Meiotic recombination has traditionally been explained based on the structural requirement to stabilize homologous chromosome pairs to ensure their proper meiotic segregation. Competing hypotheses seek to explain the emerging findings of significant heterogeneity in recombination rates within and between genomes, but intraspecific comparisons of genome-wide recombination patterns are rare. The honey bee (Apis mellifera) exhibits the highest rate of genomic recombination among multicellular animals with about five cross-over events per chromatid.
Here, we present a comparative analysis of recombination rates across eight genetic linkage maps of the honey bee genome to investigate which genomic sequence features are correlated with recombination rate and with its variation across the eight data sets, ranging in average marker spacing ranging from 1 Mbp to 120 kbp. Overall, we found that GC content explained best the variation in local recombination rate along chromosomes at the analyzed 100 kbp scale. In contrast, variation among the different maps was correlated to the abundance of microsatellites and several specific tri- and tetra-nucleotides.
The combined evidence from eight medium-scale recombination maps of the honey bee genome suggests that recombination rate variation in this highly recombining genome might be due to the DNA configuration instead of distinct sequence motifs. However, more fine-scale analyses are needed. The empirical basis of eight differing genetic maps allowed for robust conclusions about the correlates of the local recombination rates and enabled the study of the relation between DNA features and variability in local recombination rates, which is particularly relevant in the honey bee genome with its exceptionally high recombination rate.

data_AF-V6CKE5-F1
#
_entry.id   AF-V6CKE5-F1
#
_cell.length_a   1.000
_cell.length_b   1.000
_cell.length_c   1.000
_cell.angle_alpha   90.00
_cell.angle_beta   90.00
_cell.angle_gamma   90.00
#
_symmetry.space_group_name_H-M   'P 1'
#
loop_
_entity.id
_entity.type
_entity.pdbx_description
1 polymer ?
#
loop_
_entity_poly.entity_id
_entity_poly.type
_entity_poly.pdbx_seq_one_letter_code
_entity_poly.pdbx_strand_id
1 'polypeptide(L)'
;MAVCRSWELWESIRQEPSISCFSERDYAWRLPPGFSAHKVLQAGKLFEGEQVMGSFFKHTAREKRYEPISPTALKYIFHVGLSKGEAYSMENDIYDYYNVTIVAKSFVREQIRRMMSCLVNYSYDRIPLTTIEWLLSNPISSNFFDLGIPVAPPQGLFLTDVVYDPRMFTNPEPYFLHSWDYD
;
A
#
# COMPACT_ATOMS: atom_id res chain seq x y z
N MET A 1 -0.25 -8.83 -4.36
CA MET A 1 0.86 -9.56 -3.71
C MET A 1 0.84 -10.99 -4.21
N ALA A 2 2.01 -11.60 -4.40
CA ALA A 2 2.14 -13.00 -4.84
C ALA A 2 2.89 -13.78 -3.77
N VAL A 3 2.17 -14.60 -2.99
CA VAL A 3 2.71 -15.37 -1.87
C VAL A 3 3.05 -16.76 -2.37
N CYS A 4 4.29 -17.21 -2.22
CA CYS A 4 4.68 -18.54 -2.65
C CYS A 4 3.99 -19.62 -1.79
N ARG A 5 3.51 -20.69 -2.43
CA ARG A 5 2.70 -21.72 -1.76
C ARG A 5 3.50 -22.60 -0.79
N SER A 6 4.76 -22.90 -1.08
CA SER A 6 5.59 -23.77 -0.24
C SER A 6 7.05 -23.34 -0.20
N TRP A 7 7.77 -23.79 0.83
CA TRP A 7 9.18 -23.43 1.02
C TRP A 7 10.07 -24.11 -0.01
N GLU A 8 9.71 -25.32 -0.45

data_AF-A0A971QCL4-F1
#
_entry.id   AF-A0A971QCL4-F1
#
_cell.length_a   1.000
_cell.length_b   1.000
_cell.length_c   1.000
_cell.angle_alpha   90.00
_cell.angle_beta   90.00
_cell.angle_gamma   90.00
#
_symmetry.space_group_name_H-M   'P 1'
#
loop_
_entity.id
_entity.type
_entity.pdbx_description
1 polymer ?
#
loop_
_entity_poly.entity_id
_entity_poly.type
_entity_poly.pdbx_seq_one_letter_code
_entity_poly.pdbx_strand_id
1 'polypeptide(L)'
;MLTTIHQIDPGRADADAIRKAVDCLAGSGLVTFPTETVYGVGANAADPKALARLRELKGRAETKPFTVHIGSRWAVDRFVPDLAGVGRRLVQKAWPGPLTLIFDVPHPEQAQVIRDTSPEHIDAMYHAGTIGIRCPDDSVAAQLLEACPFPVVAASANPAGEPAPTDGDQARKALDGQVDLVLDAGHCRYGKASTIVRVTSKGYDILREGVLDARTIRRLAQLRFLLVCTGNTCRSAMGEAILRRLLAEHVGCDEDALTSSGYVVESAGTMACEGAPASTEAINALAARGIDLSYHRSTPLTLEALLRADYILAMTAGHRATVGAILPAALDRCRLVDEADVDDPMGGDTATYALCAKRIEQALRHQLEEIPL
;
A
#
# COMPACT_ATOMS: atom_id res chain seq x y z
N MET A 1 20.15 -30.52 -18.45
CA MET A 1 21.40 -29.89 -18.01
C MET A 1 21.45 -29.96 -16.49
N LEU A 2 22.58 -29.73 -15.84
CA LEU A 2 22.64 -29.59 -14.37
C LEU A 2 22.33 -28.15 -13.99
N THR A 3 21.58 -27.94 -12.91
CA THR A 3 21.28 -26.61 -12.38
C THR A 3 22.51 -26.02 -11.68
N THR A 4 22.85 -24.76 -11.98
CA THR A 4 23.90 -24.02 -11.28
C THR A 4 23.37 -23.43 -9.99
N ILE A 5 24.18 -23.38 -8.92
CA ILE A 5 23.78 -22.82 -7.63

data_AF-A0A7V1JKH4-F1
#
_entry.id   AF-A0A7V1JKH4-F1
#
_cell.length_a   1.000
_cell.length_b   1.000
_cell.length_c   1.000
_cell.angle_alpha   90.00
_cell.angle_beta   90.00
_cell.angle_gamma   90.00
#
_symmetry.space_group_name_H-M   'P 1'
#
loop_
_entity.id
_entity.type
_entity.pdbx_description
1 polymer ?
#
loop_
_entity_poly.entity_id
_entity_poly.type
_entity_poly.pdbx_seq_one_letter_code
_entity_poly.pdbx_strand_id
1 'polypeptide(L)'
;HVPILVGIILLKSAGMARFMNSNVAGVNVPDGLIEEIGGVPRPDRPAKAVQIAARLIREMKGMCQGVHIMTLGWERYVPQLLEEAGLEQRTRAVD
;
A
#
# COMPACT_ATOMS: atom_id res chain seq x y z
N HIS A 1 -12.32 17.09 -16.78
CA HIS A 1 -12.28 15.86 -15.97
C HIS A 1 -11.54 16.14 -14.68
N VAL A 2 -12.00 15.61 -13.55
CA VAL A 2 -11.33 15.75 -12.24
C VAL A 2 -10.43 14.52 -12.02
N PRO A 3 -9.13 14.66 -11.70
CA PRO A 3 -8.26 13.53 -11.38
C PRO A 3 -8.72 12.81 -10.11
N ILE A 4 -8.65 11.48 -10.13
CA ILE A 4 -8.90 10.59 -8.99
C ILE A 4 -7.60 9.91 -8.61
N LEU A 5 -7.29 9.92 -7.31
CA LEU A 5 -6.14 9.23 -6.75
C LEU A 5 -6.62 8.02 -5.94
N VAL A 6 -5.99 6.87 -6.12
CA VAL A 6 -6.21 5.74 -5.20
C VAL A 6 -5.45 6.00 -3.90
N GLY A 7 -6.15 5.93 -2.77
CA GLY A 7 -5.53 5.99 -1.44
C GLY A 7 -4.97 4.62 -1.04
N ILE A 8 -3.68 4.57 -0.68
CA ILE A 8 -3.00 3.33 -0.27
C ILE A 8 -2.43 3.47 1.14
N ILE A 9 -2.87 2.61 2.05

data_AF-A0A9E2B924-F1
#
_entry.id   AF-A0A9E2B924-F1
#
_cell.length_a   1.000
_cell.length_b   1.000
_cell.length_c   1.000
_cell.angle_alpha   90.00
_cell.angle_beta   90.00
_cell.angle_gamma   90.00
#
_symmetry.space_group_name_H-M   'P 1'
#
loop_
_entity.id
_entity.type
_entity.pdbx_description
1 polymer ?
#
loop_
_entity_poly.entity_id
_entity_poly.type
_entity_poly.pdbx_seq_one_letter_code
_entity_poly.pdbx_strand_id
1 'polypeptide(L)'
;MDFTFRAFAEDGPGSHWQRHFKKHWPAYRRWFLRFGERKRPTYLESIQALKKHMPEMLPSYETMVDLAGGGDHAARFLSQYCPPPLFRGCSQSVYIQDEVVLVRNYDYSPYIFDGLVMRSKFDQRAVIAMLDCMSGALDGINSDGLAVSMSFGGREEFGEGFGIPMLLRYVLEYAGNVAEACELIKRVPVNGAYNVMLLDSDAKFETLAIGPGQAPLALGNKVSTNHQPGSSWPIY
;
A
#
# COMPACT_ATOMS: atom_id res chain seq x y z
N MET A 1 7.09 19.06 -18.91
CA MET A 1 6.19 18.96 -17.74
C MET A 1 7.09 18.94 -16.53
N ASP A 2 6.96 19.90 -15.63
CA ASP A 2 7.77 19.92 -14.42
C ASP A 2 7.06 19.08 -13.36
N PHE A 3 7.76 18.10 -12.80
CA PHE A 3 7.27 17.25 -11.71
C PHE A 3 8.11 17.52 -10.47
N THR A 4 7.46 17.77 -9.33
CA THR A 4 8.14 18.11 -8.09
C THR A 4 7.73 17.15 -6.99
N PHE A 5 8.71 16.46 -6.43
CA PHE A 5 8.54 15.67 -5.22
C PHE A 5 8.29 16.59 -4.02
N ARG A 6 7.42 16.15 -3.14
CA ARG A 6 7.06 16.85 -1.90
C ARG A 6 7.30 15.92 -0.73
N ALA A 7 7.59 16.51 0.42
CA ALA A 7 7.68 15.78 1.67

Included in this item (2)
- Digital object identifier: 10.1186/s12864-015-1281-2
- Identifier TypeInternational standard serial numberIdentifier Value1471-2164